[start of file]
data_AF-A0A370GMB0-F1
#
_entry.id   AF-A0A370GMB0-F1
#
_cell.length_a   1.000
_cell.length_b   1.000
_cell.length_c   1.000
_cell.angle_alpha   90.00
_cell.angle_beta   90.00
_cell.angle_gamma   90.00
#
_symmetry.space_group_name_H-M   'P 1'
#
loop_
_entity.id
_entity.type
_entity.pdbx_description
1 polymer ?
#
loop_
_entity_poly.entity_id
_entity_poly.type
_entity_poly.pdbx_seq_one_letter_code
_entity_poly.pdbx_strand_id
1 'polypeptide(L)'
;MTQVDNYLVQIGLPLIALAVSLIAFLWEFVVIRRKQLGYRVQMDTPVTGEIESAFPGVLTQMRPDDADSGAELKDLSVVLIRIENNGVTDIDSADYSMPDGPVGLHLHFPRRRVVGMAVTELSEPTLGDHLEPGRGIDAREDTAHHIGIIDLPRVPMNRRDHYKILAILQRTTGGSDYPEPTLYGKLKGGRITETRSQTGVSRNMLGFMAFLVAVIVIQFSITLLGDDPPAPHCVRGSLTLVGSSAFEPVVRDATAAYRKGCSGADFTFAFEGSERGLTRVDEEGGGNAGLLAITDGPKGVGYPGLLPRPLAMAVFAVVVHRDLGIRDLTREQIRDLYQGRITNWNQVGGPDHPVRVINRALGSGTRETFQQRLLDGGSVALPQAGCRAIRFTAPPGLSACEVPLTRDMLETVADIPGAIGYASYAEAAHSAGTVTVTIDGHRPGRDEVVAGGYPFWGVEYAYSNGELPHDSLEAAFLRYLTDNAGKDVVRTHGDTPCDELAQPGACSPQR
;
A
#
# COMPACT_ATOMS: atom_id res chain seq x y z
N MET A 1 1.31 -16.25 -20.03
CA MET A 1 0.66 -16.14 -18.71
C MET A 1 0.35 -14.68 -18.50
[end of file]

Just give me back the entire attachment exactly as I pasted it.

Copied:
data_AF-A0A370GMB0-F1
#
_entry.id   AF-A0A370GMB0-F1
#
_cell.length_a   1.000
_cell.length_b   1.000
_cell.length_c   1.000
_cell.angle_alpha   90.00
_cell.angle_beta   90.00
_cell.angle_gamma   90.00
#
_symmetry.space_group_name_H-M   'P 1'
#
loop_
_entity.id
_entity.type
_entity.pdbx_description
1 polymer ?
#
loop_
_entity_poly.entity_id
_entity_poly.type
_entity_poly.pdbx_seq_one_letter_code
_entity_poly.pdbx_strand_id
1 'polypeptide(L)'
;MTQVDNYLVQIGLPLIALAVSLIAFLWEFVVIRRKQLGYRVQMDTPVTGEIESAFPGVLTQMRPDDADSGAELKDLSVVLIRIENNGVTDIDSADYSMPDGPVGLHLHFPRRRVVGMAVTELSEPTLGDHLEPGRGIDAREDTAHHIGIIDLPRVPMNRRDHYKILAILQRTTGGSDYPEPTLYGKLKGGRITETRSQTGVSRNMLGFMAFLVAVIVIQFSITLLGDDPPAPHCVRGSLTLVGSSAFEPVVRDATAAYRKGCSGADFTFAFEGSERGLTRVDEEGGGNAGLLAITDGPKGVGYPGLLPRPLAMAVFAVVVHRDLGIRDLTREQIRDLYQGRITNWNQVGGPDHPVRVINRALGSGTRETFQQRLLDGGSVALPQAGCRAIRFTAPPGLSACEVPLTRDMLETVADIPGAIGYASYAEAAHSAGTVTVTIDGHRPGRDEVVAGGYPFWGVEYAYSNGELPHDSLEAAFLRYLTDNAGKDVVRTHGDTPCDELAQPGACSPQR
;
A
#
# COMPACT_ATOMS: atom_id res chain seq x y z
N MET A 1 1.31 -16.25 -20.03
CA MET A 1 0.66 -16.14 -18.71
C MET A 1 0.35 -14.68 -18.50